What confounds us is when looking for some such important information we become hopelessly entangled with certain Anglican bishops who have resigned their sees, there are so many of them-and unpronounceable names of Russian priests in the Aleutian Islands, Saskatchewan, Unalashka and throughout the United States, also Greek and Serbian clergy, not a few, distributed hereabouts. It all sounds like one of these uninspired emanations. from that far-famed reliquary, "The Commission on Faith and Order."

These are but a few hints of the tedium burdening these books. We believe that The Churchman will revise the Annual that it is soon to print and give the Church a real Protestant Episcopal Year book, not a mere guide of indifferent value to an ecclesiastical antiquary shop.

Facts of this Church's activities for the year, tables of lessons, a reliable clergy list, including the bishops, of course, and accurate information con

cerning Church institutions, general and diocesan, these are what we want.

The Churchman will likewise publish the Church Calendar formerly issued by Mr. W. W. Skiddy and editors, the Rev. Mr. Suter and the Rev. Mr. Addi

son. It was established by the Prayer Book Papers Committee. This is an established publication of several years' standing. It has eliminated the many foolish imaginings that had gradually accumulated about the popular type of vestry calendar with a K, which meant "Katholic."

Our congratulations are extended to The Churchman for the effort it is making to bring these publications nearer to evangelical and Protestant Episcopal standards. We recommend our readers to give these publications their full support. We have been slow in estimating the far-reaching influence of partisan "Kalendars" and year books. Back to the East these important publications should be brought to stay. The Milwaukee brand of ecclesiastical propaganda is even more objectionable to many than some other products of this far-famed city. Its little Church paper, so pathetically narrow, and its printing house, so extremely partisan, are both hopelessly out of touch with modern thought and teaching.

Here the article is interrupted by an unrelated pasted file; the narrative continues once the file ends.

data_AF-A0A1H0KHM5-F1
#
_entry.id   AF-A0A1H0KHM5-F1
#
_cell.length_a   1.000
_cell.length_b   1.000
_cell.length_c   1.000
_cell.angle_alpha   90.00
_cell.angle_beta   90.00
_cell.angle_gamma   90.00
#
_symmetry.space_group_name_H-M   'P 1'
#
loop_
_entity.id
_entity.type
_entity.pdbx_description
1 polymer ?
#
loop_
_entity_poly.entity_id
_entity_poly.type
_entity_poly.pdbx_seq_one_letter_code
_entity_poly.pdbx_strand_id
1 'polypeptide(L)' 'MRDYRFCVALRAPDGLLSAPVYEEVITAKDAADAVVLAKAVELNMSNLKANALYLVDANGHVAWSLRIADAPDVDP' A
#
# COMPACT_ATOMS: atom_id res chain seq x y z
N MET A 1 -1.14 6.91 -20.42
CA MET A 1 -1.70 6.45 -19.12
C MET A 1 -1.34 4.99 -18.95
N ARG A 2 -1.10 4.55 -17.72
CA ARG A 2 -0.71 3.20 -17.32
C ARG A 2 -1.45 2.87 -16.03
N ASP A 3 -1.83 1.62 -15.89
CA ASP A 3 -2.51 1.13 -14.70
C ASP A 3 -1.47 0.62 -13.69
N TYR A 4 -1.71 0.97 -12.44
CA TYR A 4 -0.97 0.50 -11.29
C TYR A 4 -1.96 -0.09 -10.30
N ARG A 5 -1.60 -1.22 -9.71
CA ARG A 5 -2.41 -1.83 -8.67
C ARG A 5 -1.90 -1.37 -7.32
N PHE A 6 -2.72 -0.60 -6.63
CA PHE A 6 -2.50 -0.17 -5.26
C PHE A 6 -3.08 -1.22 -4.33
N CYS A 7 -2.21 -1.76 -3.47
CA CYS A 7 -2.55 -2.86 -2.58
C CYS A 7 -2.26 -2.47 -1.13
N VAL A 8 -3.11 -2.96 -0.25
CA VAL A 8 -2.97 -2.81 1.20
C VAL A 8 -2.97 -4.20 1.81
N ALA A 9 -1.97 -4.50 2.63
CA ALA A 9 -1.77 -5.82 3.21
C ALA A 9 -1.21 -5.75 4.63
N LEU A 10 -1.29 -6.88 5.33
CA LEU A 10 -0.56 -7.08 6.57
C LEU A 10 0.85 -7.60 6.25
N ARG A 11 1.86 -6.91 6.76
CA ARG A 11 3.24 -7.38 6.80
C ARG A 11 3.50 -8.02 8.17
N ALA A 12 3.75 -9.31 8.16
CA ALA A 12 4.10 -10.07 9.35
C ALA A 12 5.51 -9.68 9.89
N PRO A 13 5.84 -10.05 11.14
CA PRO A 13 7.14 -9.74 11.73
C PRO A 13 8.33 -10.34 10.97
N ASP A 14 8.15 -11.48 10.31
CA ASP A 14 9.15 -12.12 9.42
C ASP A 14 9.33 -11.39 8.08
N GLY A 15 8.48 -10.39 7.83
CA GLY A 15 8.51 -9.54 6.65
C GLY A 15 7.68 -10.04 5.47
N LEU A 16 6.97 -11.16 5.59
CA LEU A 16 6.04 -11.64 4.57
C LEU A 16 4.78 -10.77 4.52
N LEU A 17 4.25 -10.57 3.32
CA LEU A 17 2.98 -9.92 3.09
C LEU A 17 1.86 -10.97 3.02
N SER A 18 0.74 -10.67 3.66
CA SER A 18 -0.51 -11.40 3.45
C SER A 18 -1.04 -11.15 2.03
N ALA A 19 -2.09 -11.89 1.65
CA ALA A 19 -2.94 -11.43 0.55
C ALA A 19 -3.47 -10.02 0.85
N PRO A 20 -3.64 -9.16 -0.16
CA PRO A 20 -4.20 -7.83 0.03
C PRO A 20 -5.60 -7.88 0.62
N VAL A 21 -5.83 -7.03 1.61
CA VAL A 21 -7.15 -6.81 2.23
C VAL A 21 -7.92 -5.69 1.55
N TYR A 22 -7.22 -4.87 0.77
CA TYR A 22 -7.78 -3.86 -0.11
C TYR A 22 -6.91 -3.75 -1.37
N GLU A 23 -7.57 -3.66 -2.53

[blocks in formation]

the assistance of two special correspondents of capacity and breadth of view and a sense of humor withal. One will report particular drifts in the mid-West and comment upon events in that section as they occur. The other, our Eastern contributor, will let no event of importance escape his observing glance.

These two writers will, for a time at least, be given the space previously occupied by what we designated as our Church News department. In place of Current Topics such matters as may be of first magnitude will be treated crtically and constructively in the editorial department. We feel confident that these changes will be welcomed by many of our readers.


The Chronicle with all other papers is affected by the rising price

of materials and labor that enter into production costs. In view of the advance in print paper and other accessories that the publication of a magazine involves. The Chronicle is compelled to increase its rates for annual subscription. Beginning with this, the September issue, Volume XVIII, the price will be $1.50 per year, ten issues, (July and August excepted). To the clergy we will extend the usual merited courtesy of a discount. Our subscription will be therefore $1.50 per year to the laity, and $1.00 per year to the clergy.

As our clientele comprises doubtless the most intelligent group of subscribers, clerical and lay, to religious papers in the Protestant Episcopal Church we believe that this moderate advance in price will meet with general approval.

« ПредыдущаяПродолжить »